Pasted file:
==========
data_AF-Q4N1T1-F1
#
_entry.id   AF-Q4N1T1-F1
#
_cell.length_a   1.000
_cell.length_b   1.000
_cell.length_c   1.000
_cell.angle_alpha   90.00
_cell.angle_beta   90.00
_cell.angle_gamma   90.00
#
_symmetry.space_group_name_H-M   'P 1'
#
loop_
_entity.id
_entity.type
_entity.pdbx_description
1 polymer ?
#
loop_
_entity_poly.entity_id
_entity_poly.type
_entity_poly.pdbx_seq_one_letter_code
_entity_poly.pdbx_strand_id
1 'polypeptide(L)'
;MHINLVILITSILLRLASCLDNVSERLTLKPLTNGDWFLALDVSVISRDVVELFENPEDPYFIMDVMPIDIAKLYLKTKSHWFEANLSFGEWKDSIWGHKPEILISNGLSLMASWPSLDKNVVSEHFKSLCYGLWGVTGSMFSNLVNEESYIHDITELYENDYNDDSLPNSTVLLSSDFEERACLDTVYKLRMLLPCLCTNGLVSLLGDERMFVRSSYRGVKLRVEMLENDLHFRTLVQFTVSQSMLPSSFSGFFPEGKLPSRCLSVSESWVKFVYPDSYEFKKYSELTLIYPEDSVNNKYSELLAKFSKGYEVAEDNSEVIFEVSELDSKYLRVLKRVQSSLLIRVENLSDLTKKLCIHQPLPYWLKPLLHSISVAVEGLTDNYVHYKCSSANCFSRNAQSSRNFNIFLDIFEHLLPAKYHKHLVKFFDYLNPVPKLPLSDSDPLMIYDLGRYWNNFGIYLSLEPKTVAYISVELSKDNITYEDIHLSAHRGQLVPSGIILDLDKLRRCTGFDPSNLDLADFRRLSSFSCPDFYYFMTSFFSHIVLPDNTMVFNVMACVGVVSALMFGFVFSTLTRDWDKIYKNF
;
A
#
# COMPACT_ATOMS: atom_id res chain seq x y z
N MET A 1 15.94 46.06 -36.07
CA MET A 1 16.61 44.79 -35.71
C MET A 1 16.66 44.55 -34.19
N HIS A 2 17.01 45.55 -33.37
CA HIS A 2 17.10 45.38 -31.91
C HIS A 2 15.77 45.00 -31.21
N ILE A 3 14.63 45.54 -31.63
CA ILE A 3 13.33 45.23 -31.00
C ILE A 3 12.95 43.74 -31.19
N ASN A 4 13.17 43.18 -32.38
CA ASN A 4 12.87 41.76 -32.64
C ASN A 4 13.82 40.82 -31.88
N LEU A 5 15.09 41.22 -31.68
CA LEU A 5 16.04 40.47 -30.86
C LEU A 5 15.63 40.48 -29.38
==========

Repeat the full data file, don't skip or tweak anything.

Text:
data_AF-Q4N1T1-F1
#
_entry.id   AF-Q4N1T1-F1
#
_cell.length_a   1.000
_cell.length_b   1.000
_cell.length_c   1.000
_cell.angle_alpha   90.00
_cell.angle_beta   90.00
_cell.angle_gamma   90.00
#
_symmetry.space_group_name_H-M   'P 1'
#
loop_
_entity.id
_entity.type
_entity.pdbx_description
1 polymer ?
#
loop_
_entity_poly.entity_id
_entity_poly.type
_entity_poly.pdbx_seq_one_letter_code
_entity_poly.pdbx_strand_id
1 'polypeptide(L)'
;MHINLVILITSILLRLASCLDNVSERLTLKPLTNGDWFLALDVSVISRDVVELFENPEDPYFIMDVMPIDIAKLYLKTKSHWFEANLSFGEWKDSIWGHKPEILISNGLSLMASWPSLDKNVVSEHFKSLCYGLWGVTGSMFSNLVNEESYIHDITELYENDYNDDSLPNSTVLLSSDFEERACLDTVYKLRMLLPCLCTNGLVSLLGDERMFVRSSYRGVKLRVEMLENDLHFRTLVQFTVSQSMLPSSFSGFFPEGKLPSRCLSVSESWVKFVYPDSYEFKKYSELTLIYPEDSVNNKYSELLAKFSKGYEVAEDNSEVIFEVSELDSKYLRVLKRVQSSLLIRVENLSDLTKKLCIHQPLPYWLKPLLHSISVAVEGLTDNYVHYKCSSANCFSRNAQSSRNFNIFLDIFEHLLPAKYHKHLVKFFDYLNPVPKLPLSDSDPLMIYDLGRYWNNFGIYLSLEPKTVAYISVELSKDNITYEDIHLSAHRGQLVPSGIILDLDKLRRCTGFDPSNLDLADFRRLSSFSCPDFYYFMTSFFSHIVLPDNTMVFNVMACVGVVSALMFGFVFSTLTRDWDKIYKNF
;
A
#
# COMPACT_ATOMS: atom_id res chain seq x y z
N MET A 1 15.94 46.06 -36.07
CA MET A 1 16.61 44.79 -35.71
C MET A 1 16.66 44.55 -34.19
N HIS A 2 17.01 45.55 -33.37
CA HIS A 2 17.10 45.38 -31.91
C HIS A 2 15.77 45.00 -31.21
N ILE A 3 14.63 45.54 -31.63
CA ILE A 3 13.33 45.23 -31.00
C ILE A 3 12.95 43.74 -31.19
N ASN A 4 13.17 43.18 -32.38
CA ASN A 4 12.87 41.76 -32.64
C ASN A 4 13.82 40.82 -31.88
N LEU A 5 15.09 41.22 -31.68
CA LEU A 5 16.04 40.47 -30.86
C LEU A 5 15.63 40.48 -29.38